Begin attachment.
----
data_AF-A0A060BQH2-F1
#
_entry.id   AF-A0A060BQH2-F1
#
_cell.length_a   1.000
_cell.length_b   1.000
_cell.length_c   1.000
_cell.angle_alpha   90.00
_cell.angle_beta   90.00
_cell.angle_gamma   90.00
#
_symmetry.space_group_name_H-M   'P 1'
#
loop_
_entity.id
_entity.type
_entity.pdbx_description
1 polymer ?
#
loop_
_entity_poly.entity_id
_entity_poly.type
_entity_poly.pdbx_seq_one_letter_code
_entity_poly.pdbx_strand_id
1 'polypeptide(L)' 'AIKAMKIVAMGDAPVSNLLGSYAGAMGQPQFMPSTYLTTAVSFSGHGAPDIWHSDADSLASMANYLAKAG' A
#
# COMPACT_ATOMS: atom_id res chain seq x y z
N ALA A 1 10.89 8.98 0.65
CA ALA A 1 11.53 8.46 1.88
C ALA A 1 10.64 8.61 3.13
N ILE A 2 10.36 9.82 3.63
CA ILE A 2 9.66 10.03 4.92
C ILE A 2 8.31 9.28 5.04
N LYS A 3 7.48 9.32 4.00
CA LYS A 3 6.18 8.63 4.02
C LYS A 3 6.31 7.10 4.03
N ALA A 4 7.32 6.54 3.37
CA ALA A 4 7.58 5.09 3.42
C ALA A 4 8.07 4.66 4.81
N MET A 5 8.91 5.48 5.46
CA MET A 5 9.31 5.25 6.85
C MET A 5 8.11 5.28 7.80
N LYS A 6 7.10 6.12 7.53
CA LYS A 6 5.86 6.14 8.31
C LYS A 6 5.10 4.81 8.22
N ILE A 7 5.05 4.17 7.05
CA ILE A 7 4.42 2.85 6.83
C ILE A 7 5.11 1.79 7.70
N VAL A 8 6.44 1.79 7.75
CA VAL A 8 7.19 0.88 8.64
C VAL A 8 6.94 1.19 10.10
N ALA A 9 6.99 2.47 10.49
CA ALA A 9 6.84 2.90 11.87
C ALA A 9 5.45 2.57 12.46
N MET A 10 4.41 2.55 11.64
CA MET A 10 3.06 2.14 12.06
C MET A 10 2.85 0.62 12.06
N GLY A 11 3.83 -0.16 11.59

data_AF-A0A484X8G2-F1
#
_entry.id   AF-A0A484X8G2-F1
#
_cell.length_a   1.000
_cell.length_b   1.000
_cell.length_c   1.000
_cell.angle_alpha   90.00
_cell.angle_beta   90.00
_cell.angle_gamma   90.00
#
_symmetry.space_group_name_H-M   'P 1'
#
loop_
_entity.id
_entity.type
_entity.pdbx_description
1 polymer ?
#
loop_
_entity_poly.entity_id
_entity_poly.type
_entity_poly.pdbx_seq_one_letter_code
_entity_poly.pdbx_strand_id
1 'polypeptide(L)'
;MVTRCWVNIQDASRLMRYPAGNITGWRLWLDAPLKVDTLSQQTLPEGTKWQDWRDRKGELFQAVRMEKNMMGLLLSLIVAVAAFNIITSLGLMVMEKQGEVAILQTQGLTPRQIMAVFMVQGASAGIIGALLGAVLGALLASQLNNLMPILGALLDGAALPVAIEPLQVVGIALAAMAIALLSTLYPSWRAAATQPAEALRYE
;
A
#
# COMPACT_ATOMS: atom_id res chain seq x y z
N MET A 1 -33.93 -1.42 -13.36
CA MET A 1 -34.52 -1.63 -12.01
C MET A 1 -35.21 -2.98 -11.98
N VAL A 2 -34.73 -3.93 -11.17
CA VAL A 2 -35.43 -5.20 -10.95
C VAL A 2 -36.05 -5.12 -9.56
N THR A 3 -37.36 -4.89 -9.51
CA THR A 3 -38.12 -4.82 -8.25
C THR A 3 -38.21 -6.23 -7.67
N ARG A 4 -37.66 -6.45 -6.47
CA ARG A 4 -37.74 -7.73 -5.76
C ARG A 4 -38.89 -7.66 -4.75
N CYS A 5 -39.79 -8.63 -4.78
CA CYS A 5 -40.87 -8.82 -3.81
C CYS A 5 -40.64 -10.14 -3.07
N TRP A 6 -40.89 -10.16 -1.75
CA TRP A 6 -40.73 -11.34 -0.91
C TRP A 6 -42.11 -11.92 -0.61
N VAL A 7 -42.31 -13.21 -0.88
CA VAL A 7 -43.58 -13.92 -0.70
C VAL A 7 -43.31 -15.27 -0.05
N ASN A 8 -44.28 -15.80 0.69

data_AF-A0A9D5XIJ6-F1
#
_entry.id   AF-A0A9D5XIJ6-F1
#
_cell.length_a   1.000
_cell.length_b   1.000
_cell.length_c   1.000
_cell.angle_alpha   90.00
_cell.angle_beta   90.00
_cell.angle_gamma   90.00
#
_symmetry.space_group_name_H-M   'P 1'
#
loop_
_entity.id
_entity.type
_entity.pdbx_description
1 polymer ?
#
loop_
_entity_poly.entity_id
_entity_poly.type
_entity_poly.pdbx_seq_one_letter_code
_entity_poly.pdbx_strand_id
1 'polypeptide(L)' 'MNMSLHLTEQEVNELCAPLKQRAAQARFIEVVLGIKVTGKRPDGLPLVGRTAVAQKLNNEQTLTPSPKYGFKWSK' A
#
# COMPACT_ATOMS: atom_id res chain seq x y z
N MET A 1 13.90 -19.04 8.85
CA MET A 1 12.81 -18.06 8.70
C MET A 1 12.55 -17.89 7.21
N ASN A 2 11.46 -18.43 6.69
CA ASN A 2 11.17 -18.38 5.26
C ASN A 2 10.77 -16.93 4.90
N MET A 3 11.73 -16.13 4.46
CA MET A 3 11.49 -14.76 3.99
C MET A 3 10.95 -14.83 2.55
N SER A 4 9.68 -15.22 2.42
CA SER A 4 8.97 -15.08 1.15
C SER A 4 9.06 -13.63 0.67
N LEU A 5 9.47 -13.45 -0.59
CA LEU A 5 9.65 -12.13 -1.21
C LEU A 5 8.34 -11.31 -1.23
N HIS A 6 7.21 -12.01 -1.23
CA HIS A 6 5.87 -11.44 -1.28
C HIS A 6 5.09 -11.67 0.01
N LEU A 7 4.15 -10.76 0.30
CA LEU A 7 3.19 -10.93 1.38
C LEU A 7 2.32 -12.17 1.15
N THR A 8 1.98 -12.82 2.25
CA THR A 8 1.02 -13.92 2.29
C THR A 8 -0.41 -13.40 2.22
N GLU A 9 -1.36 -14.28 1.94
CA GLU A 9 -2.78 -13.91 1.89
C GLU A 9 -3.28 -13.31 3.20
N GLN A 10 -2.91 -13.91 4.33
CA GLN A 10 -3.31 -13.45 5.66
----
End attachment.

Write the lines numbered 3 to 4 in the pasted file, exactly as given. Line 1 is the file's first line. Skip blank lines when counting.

_entry.id   AF-A0A060BQH2-F1
#